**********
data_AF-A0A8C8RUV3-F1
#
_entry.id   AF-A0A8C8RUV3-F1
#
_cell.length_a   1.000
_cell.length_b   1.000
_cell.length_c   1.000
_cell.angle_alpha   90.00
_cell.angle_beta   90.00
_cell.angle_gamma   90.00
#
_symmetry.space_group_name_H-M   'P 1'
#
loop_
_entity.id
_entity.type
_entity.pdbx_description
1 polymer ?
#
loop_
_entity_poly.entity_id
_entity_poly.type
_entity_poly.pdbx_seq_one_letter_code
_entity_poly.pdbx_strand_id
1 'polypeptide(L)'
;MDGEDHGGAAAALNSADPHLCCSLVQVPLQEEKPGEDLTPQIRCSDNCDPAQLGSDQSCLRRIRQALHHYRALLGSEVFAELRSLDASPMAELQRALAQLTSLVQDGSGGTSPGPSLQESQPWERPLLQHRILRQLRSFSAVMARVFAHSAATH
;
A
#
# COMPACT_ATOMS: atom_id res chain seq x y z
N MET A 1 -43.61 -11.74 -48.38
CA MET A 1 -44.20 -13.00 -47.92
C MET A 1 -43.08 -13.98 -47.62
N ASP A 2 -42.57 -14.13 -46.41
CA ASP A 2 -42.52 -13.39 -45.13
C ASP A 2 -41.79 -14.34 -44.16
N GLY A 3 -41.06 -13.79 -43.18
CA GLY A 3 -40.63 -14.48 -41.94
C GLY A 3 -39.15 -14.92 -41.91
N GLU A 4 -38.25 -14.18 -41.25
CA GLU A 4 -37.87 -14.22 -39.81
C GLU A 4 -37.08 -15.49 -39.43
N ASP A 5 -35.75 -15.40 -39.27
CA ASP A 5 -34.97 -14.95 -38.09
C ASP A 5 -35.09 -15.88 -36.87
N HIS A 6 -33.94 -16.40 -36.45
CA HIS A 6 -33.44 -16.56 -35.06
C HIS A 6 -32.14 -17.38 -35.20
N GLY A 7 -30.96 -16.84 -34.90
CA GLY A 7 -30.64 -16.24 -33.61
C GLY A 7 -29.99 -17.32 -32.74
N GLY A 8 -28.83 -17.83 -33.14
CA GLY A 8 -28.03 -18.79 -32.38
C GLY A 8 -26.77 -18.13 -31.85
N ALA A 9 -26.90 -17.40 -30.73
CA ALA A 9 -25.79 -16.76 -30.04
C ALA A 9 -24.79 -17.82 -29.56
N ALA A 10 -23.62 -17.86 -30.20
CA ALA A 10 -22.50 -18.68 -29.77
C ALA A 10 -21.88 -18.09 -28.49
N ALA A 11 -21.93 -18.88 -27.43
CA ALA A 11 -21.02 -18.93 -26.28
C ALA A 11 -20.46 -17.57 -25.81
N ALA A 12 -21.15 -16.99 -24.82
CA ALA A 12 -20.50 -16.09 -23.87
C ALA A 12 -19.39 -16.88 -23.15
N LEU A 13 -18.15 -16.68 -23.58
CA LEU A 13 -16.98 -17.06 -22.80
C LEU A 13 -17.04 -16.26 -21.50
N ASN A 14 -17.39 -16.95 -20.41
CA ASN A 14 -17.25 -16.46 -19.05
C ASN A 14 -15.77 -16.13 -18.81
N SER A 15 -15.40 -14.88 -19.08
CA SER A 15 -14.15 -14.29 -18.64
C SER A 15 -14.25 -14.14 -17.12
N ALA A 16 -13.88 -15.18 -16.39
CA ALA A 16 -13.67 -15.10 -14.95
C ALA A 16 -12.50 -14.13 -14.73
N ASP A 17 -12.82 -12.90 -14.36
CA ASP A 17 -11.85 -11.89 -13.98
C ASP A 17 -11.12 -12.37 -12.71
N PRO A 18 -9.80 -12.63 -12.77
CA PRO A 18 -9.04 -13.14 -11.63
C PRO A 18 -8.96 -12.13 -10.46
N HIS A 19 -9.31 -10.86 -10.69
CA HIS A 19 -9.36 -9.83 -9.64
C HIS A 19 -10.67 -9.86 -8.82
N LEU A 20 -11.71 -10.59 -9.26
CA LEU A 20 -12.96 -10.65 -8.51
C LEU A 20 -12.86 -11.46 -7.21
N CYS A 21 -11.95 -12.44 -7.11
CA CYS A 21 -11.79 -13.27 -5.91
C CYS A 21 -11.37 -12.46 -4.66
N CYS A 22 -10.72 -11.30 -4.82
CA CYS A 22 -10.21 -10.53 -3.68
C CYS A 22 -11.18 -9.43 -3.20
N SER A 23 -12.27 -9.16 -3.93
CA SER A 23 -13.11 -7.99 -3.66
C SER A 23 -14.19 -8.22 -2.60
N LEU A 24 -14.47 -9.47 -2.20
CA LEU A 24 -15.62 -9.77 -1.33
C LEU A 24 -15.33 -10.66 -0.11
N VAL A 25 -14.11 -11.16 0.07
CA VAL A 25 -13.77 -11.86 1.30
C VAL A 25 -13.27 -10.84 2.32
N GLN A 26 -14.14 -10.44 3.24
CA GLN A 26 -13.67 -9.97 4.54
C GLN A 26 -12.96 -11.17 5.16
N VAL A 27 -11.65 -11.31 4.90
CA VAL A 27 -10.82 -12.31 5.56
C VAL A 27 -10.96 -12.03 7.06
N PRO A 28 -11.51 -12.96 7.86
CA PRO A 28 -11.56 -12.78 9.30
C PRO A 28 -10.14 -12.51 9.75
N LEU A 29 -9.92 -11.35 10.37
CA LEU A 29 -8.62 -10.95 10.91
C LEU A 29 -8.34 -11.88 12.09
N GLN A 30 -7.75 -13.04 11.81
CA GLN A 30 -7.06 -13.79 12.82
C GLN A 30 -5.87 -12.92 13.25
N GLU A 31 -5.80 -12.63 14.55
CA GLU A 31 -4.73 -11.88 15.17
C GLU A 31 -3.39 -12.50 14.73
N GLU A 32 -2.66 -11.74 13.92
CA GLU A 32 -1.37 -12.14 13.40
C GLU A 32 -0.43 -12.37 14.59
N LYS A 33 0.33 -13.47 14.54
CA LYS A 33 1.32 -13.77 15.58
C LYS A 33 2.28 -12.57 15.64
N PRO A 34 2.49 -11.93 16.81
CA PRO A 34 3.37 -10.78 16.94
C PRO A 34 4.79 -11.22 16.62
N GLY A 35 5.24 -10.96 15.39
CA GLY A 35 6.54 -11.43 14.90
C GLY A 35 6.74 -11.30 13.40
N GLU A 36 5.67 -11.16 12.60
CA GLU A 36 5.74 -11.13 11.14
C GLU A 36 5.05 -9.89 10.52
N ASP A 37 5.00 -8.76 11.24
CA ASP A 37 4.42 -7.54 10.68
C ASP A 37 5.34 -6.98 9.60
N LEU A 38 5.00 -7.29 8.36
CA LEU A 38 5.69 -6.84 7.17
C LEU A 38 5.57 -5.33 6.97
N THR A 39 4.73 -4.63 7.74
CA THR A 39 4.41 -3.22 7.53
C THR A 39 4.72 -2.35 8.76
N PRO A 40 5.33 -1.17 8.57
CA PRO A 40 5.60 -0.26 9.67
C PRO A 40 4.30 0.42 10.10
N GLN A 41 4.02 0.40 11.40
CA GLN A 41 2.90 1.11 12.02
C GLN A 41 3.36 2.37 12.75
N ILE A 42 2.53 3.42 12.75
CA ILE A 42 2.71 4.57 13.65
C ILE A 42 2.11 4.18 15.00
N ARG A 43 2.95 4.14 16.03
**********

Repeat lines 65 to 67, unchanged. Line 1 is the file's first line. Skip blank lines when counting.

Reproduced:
CA ALA A 12 -20.50 -16.09 -23.87
C ALA A 12 -19.39 -16.88 -23.15
N LEU A 13 -18.15 -16.68 -23.58